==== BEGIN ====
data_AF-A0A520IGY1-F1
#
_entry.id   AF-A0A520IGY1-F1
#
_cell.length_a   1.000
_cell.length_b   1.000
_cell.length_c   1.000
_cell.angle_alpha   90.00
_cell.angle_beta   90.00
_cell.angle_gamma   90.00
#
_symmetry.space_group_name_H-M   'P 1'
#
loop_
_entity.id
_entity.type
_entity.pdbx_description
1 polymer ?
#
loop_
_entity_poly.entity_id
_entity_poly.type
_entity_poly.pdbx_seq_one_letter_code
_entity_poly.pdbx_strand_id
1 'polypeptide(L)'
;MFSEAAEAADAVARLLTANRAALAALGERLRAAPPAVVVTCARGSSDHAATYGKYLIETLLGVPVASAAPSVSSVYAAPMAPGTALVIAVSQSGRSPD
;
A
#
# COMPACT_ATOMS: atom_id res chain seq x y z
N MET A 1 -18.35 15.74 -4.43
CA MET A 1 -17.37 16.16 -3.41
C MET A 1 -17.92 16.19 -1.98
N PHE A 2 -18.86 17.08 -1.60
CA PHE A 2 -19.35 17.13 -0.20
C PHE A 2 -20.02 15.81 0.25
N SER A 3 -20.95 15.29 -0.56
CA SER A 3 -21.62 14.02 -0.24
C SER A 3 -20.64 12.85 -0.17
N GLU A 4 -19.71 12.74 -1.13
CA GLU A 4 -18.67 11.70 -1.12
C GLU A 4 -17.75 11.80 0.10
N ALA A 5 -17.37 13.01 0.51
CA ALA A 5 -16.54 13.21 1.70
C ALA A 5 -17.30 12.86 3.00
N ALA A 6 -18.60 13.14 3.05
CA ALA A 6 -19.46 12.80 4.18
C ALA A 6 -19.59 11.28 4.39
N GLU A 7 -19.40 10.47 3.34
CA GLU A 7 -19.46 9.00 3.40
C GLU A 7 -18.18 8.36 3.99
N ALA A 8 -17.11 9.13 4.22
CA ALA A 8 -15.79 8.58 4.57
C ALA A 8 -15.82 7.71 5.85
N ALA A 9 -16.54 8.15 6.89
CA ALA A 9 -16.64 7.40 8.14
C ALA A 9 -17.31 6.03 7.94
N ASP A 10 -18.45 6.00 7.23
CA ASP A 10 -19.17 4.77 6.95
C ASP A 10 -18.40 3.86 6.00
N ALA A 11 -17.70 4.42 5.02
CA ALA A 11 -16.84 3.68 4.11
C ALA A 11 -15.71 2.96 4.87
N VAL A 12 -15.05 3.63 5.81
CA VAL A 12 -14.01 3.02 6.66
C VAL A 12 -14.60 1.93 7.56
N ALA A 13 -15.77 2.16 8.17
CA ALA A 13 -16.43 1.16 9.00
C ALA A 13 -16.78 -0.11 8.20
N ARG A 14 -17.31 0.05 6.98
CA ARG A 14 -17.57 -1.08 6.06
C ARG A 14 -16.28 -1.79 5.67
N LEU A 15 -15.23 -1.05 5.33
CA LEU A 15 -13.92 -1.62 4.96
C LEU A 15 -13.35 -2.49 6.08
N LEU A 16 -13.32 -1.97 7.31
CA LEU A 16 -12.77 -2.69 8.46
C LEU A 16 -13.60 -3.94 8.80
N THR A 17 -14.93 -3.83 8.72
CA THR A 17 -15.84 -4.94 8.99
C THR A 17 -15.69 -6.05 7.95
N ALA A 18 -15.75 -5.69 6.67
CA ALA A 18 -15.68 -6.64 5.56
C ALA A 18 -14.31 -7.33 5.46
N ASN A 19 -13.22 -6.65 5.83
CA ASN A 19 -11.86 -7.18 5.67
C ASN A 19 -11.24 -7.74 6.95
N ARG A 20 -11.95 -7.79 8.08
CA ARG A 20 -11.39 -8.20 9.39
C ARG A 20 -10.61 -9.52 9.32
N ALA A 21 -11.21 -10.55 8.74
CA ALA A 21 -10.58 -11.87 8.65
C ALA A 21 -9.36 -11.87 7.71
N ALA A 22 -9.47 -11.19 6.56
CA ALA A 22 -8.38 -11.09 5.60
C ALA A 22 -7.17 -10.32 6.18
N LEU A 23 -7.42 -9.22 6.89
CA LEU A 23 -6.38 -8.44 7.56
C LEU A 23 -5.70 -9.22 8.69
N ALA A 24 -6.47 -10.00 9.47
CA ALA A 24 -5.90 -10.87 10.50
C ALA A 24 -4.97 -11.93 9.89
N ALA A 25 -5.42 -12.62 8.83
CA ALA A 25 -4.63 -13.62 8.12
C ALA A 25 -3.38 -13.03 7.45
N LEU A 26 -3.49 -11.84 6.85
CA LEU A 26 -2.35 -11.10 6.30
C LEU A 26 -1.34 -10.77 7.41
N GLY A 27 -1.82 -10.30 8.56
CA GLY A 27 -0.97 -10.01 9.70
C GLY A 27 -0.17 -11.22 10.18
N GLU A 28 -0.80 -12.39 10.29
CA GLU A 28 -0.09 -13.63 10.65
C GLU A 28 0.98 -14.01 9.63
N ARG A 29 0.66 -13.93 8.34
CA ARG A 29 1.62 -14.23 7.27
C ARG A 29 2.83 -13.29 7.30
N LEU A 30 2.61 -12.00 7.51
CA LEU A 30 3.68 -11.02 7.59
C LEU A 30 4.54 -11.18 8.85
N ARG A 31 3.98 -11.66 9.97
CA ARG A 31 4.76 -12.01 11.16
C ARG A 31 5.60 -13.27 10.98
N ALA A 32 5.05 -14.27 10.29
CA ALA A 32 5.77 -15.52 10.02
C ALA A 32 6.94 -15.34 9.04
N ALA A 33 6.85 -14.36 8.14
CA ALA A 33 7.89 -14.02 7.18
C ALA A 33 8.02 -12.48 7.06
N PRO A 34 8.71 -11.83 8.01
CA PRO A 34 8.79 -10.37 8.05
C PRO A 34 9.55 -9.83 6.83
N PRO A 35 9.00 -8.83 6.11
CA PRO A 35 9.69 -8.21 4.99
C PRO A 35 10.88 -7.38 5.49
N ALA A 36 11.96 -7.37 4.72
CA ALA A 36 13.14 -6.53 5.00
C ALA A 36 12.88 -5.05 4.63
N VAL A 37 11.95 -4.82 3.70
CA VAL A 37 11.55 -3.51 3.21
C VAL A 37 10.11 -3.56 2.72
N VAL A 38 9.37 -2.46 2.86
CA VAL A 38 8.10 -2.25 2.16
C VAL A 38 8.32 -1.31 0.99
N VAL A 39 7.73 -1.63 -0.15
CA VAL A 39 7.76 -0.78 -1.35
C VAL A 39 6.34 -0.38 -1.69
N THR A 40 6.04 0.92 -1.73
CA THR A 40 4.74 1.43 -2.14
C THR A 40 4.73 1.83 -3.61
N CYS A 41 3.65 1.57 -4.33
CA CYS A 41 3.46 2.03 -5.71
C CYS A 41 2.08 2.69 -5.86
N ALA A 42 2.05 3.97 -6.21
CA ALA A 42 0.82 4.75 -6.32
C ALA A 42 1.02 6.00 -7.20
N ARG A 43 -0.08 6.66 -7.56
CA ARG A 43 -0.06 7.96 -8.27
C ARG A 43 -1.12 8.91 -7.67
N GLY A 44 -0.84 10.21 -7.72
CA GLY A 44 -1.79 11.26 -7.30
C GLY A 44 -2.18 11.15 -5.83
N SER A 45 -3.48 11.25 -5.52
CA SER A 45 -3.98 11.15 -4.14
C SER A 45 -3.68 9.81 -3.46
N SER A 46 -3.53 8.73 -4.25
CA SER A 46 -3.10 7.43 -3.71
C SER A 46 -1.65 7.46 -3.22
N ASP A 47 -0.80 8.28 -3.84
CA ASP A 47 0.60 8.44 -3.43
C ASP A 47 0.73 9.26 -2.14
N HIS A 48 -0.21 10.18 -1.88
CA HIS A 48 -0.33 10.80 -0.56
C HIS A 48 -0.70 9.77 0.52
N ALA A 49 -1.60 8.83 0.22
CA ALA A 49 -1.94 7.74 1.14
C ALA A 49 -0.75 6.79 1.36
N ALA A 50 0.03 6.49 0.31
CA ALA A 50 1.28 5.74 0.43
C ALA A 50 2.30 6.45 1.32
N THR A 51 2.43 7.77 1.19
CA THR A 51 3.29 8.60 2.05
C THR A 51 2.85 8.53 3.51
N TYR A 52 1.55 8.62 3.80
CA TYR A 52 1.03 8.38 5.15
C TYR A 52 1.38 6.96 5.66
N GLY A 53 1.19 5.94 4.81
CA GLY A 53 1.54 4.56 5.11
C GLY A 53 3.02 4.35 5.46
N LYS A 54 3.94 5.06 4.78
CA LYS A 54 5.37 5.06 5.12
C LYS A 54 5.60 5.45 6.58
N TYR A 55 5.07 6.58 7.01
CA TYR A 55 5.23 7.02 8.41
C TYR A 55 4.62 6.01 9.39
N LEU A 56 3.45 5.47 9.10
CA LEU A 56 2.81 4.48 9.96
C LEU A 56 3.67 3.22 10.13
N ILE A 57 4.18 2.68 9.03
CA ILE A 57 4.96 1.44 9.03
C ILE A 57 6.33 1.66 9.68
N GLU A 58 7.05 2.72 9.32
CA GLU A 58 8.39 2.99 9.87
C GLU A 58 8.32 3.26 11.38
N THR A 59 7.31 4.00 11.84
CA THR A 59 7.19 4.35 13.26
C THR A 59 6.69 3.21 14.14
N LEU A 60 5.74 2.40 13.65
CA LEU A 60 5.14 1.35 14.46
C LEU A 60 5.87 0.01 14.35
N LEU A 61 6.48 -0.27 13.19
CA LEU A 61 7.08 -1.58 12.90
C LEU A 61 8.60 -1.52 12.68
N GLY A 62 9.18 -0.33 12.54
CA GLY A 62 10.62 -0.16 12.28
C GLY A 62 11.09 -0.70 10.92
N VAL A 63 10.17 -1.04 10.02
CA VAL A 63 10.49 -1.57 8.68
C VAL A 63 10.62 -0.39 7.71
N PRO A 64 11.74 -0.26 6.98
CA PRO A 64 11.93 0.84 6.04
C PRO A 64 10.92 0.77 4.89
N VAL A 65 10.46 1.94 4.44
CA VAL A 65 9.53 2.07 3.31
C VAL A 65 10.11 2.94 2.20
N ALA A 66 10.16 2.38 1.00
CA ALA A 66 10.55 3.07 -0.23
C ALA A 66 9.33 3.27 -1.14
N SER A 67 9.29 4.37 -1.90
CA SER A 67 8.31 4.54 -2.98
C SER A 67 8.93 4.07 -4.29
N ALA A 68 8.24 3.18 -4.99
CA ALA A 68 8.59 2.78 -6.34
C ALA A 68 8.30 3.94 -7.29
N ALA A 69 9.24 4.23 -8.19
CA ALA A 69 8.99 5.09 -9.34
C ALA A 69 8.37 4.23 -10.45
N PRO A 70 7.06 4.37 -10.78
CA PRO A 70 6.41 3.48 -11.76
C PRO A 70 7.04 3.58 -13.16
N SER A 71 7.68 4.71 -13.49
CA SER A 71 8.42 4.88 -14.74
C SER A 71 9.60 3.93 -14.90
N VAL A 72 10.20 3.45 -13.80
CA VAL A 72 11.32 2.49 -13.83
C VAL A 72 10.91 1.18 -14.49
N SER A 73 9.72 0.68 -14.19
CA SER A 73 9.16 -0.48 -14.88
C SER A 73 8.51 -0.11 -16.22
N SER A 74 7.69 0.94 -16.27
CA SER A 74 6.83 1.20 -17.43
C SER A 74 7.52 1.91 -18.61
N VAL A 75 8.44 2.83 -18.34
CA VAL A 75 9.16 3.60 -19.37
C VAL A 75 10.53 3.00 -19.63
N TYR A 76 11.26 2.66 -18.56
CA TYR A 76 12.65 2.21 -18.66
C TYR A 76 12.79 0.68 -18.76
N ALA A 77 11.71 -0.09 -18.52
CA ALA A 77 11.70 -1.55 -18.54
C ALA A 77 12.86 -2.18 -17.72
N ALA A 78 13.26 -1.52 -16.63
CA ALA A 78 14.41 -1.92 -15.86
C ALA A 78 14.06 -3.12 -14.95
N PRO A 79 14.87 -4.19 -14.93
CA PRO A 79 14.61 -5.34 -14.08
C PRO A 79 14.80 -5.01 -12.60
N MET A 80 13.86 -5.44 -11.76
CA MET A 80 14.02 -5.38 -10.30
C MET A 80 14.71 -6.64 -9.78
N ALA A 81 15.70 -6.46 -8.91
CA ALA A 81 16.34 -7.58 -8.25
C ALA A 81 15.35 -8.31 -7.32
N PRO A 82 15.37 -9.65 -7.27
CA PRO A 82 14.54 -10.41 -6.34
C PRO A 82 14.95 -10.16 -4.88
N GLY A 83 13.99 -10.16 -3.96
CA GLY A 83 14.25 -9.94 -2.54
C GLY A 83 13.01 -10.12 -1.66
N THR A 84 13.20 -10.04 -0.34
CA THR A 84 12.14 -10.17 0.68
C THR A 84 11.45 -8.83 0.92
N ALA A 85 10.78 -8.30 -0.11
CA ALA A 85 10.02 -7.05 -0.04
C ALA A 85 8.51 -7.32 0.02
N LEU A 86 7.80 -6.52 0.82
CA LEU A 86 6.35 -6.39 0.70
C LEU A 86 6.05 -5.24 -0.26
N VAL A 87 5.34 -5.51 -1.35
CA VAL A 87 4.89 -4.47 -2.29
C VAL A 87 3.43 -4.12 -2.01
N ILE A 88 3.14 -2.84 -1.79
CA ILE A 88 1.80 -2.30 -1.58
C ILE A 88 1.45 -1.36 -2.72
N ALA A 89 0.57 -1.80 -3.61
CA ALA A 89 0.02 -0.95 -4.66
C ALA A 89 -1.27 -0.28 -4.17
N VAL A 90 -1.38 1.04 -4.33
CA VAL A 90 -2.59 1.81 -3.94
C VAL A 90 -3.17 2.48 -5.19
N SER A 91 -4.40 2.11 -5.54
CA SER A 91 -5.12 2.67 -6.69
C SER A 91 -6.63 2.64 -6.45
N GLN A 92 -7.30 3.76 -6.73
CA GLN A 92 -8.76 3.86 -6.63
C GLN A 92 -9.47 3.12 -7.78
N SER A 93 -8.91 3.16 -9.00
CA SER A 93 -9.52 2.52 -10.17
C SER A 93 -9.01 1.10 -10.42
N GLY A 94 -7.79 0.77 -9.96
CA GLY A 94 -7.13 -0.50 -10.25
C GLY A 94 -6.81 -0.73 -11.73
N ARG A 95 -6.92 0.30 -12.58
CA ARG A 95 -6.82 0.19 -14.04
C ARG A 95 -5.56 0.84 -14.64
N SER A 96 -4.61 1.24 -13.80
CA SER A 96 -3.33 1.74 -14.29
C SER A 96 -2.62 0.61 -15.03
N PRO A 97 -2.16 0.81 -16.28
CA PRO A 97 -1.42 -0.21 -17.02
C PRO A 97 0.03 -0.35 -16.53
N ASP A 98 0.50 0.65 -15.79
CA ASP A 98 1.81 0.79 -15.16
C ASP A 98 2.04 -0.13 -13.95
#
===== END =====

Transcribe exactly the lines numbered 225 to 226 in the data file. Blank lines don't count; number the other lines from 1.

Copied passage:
C VAL A 65 10.11 2.94 2.20
N ALA A 66 10.16 2.38 1.00